How I’m pursuing spiritual health in 2018

Empty tank

For the last couple of years, I’ve been trying to pay very close attention to warning signs about my spiritual health.[1. And my physical health, of course, but that’s not the purpose of this post.] In 2015, I hit a wall, where I realized I was running on empty due to various circumstances. Throughout 2016, I made a number of changes to my lifestyle, my reading habits, and my writing schedule to allow me space to get healthier.

As one year moved into the next, I wanted to build on the good foundation that had been laid and keep going.

Then 2017 actually happened.

This year has been a demanding one, and I don’t think I can fully separate the professional from the personal. For me, they’re too interconnected, which is generally the nature of jobs that are connected to ministry. The workload itself is right around my sweet spot for capacity, which is a good thing since I’m never bored. However, while I don’t think I’ve been neglectful of my family, I do definitely struggle to turn “off” work when I’m at home.

It’s also the first year I’ve experienced panic attacks, near-crippling anxiety, and several other challenges. Much of this has been the result of the stress I’ve lived with for several years, as well as the ongoing effects of our move to America, including planning for our longer-term future here. That stress isn’t going away, so I need to figure out how to cope with it better.

That sounds mostly negative, but it really isn’t. There’s been a lot of great things that have happened this year as well. Although it took some time, we settled into a church here in Franklin. Emily and the kids are starting to make friends both in and out of the church. We’re serving and contributing, which I’m grateful for the opportunity to do.

But I’m not going to pretend that it hasn’t been a challenging year. And 2018 looks to be equally challenging, although in different ways.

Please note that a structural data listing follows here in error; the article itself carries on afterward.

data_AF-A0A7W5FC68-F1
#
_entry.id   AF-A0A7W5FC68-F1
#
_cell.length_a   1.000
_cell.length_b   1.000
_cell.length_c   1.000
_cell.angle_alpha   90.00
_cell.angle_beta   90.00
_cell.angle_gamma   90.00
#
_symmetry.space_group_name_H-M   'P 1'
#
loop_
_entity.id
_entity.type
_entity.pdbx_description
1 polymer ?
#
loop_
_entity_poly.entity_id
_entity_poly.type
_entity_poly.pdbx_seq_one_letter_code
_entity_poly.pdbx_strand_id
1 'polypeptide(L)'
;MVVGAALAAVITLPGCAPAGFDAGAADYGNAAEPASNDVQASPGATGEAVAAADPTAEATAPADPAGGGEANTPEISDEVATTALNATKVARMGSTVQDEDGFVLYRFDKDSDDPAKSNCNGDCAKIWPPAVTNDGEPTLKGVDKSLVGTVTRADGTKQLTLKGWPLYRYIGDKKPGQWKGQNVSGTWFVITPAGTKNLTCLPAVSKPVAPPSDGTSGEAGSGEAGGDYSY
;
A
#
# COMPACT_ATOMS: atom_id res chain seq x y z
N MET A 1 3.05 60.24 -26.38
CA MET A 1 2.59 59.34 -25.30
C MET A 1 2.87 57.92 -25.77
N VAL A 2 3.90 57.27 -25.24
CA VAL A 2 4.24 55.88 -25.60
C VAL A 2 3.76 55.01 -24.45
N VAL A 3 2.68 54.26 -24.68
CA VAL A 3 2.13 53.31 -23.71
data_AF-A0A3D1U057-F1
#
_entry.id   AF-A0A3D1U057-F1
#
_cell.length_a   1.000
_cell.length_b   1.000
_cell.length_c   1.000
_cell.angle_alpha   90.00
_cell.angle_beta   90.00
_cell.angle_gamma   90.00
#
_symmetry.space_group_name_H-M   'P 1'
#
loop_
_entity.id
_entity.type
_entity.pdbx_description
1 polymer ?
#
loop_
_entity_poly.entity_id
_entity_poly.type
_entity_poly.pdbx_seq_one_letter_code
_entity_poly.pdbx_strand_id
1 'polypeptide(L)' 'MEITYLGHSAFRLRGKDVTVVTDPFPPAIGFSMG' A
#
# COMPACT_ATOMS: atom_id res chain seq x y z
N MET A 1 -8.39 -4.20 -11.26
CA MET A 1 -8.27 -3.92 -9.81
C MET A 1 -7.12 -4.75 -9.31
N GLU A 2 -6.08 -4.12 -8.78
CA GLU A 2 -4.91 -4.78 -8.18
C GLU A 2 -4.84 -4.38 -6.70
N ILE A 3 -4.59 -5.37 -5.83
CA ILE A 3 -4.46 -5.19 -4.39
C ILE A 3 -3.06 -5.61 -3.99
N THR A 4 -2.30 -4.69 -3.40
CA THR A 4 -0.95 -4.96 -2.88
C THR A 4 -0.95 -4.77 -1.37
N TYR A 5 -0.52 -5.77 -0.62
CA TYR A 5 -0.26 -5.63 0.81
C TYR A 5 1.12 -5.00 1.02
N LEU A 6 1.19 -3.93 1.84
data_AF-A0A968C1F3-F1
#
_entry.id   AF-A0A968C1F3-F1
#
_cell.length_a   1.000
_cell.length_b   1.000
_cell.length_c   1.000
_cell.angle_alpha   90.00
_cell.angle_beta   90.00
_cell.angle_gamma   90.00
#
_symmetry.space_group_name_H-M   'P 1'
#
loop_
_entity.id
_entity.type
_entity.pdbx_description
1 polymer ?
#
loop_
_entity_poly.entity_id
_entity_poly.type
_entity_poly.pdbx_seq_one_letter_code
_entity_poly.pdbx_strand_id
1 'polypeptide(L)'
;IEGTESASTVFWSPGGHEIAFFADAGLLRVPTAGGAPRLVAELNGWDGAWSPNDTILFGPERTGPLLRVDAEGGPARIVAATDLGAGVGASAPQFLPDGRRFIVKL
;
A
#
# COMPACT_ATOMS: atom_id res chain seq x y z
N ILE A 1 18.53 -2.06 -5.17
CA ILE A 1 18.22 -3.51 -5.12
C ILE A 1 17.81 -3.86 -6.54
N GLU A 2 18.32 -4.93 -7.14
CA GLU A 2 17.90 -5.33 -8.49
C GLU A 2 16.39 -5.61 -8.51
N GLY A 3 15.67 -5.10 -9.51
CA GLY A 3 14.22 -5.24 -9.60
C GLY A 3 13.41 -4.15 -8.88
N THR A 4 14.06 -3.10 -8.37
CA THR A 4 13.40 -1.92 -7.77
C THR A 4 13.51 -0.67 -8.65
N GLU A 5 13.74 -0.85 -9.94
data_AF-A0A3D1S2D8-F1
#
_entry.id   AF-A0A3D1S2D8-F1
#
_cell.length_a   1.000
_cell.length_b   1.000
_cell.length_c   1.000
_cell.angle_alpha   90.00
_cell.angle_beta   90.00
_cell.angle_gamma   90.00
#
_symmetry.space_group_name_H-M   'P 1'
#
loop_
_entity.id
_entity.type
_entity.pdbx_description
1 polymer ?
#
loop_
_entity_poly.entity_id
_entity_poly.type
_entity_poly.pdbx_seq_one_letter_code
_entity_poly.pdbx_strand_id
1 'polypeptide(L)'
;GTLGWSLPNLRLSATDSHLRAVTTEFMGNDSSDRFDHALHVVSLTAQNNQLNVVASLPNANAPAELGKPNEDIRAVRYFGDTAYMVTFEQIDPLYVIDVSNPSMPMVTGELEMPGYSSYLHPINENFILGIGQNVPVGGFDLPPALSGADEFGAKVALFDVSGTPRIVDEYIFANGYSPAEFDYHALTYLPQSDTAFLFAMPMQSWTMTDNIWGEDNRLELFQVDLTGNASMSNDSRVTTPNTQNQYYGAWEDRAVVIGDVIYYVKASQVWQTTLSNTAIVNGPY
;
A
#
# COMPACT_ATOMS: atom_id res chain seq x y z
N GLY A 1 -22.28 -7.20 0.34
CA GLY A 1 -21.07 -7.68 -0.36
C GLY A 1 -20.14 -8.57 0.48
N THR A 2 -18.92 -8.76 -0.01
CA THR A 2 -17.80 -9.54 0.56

So what am I doing to protect my spiritual health and grow during this time?

Ultimately, it comes down to continuing to prioritize three disciplines: reading, praying, and resting.

Reading: Continue my practice of reading the Bible on a daily basis, and do all I can to protect and prioritize that time. In addition, making sure my reading habits are well-balanced and fruitful to my soul. One thing I want to try in 2018 is a chronological reading plan. We’ll see if I get there, though.

Praying: Continue to prioritize prayer as a proactive discipline, rather than a reactive one.

Resting: Trying to prioritize sleep and taking real days of rest. To recognize my limitations as a finite human being and honor those limitations while avoiding the sin of workaholism.

Will I be successful? Only God knows. But I do know that if I accomplish each of these in part, even if not in whole, I will be healthier as a result.


Am I healthier spiritually than I was a year ago?

About a year ago, I shared that I’d hit a wall. 2015 was a pretty dry year in terms of my spiritual health, one that was more or less the culmination of years of different events.

I was coming out of a long and difficult season at my previous job. We were continuing to navigate life with Emily’s epilepsy. I was tired from the regular grind of writing and not being as known as I wanted to be (which is to say, me being a prideful idiot). And I was exhausted from waiting for a very long time on something really cool (which you all now know is our family’s move to Tennessee and my job with The Gospel Project).

As 2016 began, I wanted to address this dryness. I started the year with a plan to better manage my time, to re-read the Bible in its entirety and reincorporate journaling into my routine, and to read a number of books specifically to encourage and challenge me as I sought to get healthier.

So, am I healthier than I was a year ago? Before I answer that question, maybe it’s better to take a moment to consider what happened and how I am planning to move forward in all these areas.

What happened with my Bible reading habits?

I actually got off to a good start, especially on my Bible reading. In fact, it wasn’t until we got the approval to move to the United States that keeping up with my reading plan started to slip. Even so, I didn’t stop. I kept reading, just at a slower pace. So I didn’t get through the entire Bible in a year. But I did read a TON of Bible this year and was reminded why I love studying it so much. (And hopefully that has come through in some of the posts I’ve written over the last few months.)

I also started to experiment with different styles of Bibles, and really fell in love with the Reader’s edition approach, which helped me read all four Gospels in about a week (which is pretty rad).

During this coming year, I’m going to refocus on trying to complete my read-through of the Scriptures from beginning-to-end, but I’m not going to stress about the timeline. What matters is completing it, and hearing from God in it, not how long it takes.

How did I take control of my time?